Who Gets Gout?


If you have suffered a gout attack, chances are you won’t soon forget it. At Goldsmith Podiatry, patients with gout describe intense pain in a joint, most often the big toe, accompanied by swelling, redness, and heat as the characteristic symptoms of this condition which is considered a type of arthritis. Gout occurs due to an excess of uric acid that builds up and then crystallizes in the joints. Uric acid forms as a result of the breakdown of chemicals known as purines. Purines are found naturally in the body. Some people produce too much uric acid and others have difficulty eliminating the appropriate amounts of uric acid from their body. Factors that increase your risk for gout include:

  • Being a male between the ages of 40 and 60

  • Consuming foods and beverages that contain high levels of purines. These include shellfish, organ meats (liver, kidney), red meat, red wine, beer, and rich sauces.

  • A family history of gout

  • High blood pressure

  • Diabetes

  • Surgery

  • Chemotherapy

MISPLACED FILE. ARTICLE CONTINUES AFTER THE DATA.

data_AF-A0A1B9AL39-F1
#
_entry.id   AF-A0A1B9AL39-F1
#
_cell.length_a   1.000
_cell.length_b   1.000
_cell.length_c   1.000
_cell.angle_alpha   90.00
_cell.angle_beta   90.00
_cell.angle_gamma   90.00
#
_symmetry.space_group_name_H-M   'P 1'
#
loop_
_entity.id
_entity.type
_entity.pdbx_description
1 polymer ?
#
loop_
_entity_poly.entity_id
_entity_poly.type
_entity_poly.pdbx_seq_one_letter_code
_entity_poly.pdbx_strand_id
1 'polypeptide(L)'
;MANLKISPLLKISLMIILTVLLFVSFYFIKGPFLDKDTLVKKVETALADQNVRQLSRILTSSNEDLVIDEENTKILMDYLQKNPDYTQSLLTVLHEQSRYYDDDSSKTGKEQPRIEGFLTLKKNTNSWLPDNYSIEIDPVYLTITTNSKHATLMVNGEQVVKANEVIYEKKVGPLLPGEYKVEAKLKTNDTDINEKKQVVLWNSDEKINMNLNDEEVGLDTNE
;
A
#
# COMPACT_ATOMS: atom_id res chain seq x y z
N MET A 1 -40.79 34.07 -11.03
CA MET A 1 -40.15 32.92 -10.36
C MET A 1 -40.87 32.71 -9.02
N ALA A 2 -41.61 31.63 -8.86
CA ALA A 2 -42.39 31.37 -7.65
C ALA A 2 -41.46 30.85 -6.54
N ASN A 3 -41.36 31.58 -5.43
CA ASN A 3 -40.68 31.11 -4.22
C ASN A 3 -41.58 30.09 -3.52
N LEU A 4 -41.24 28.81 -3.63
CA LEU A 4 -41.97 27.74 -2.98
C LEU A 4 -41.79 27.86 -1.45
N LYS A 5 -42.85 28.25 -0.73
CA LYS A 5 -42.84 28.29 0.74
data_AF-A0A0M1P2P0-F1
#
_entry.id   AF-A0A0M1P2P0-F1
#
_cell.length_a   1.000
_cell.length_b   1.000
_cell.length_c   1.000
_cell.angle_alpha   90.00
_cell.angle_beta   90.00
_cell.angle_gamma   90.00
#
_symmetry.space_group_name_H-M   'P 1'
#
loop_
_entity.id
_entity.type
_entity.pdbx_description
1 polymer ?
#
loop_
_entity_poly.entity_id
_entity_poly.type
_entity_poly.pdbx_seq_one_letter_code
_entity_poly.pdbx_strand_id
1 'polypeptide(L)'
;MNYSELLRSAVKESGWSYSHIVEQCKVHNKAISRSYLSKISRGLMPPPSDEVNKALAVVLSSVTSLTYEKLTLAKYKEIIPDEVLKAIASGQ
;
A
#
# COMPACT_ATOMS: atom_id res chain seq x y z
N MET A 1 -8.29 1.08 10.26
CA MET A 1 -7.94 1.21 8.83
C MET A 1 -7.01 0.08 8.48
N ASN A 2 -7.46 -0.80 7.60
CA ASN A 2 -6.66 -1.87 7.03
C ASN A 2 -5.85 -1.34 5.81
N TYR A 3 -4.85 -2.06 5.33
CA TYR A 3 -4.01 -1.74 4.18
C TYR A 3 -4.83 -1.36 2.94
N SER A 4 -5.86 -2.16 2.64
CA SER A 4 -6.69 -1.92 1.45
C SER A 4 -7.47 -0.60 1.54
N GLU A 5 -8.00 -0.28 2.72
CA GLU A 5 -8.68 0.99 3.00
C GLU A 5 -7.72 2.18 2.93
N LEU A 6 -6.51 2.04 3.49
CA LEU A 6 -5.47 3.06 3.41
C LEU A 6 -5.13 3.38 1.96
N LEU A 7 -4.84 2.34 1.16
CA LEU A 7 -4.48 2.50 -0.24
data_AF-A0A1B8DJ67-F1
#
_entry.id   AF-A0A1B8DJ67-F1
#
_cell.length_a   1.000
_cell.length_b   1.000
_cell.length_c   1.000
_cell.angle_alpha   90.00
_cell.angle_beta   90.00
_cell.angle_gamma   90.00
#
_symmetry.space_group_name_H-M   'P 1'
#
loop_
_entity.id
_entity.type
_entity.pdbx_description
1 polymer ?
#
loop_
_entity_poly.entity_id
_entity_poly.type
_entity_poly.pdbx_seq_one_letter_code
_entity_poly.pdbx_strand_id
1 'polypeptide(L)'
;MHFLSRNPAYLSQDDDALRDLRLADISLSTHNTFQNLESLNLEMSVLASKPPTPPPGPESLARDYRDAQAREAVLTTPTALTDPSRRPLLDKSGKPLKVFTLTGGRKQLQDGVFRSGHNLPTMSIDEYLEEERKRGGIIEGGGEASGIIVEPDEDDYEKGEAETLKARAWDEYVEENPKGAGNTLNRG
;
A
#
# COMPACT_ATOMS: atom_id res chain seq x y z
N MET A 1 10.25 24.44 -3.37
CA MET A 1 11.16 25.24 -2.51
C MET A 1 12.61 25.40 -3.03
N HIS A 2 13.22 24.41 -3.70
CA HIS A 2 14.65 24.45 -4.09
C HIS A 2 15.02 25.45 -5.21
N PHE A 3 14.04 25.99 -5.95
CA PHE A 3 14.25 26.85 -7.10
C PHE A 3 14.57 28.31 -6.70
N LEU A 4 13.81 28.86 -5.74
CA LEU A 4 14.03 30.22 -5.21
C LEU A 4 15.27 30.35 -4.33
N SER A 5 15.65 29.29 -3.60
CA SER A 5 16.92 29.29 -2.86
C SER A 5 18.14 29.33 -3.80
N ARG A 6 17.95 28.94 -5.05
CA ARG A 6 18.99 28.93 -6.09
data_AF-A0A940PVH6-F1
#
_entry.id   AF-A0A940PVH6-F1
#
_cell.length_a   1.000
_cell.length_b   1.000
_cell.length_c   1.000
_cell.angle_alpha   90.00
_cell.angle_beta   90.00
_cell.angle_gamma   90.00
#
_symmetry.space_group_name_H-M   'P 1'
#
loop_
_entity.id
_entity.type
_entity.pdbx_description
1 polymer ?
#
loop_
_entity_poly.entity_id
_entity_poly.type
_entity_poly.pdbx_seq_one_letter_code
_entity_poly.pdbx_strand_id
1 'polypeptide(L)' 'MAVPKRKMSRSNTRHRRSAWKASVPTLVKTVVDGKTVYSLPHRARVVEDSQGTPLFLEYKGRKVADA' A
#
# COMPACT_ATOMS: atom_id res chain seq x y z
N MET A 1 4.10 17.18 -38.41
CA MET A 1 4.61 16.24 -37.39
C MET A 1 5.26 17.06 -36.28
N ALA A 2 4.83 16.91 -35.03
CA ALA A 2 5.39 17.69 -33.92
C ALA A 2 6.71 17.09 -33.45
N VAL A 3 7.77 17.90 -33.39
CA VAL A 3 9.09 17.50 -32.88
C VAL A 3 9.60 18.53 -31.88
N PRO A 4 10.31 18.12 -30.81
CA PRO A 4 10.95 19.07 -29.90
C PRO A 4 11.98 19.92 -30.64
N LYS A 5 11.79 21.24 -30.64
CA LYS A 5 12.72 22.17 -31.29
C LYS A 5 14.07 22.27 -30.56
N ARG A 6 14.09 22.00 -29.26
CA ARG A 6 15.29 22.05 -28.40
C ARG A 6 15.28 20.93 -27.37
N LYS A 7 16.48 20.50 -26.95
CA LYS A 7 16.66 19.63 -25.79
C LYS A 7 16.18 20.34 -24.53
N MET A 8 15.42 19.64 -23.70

• Stress

  • Obesity

  • Certain vitamins, such as niacin and some medications like aspirin and diuretics

Treating and Preventing Gout

Our podiatrists, Dr. Howard Goldsmith and Dr. Rosanna Troia, will want to evaluate the condition of the affected joint and may order x-rays or laboratory tests to make sure another disorder isn’t causing the joint inflammation. The foot doctor will also want to know your family medical history and may have questions about the foods that you’ve recently eaten. 

Once a diagnosis of gout is confirmed, medication or injections can be prescribed that will reduce the pain, swelling, and inflammation. The foot doctor may also recommend that you rest and elevate the affected foot. Over the course of three to ten days, gout should go away. You can reduce your risk of future attacks by observing the following precautions:

  • Avoid the foods listed above that are known gout triggers

  • Drink plenty of fluids to flush uric acid out of your body

  • Review the medications and vitamins you are currently taking with the foot doctor to be sure none of them are potentially the cause of gout

If you have additional questions about gout, contact our Upper West Side in New York City office by calling: 212-877-1002. You can also schedule an appointment with our podiatrists online.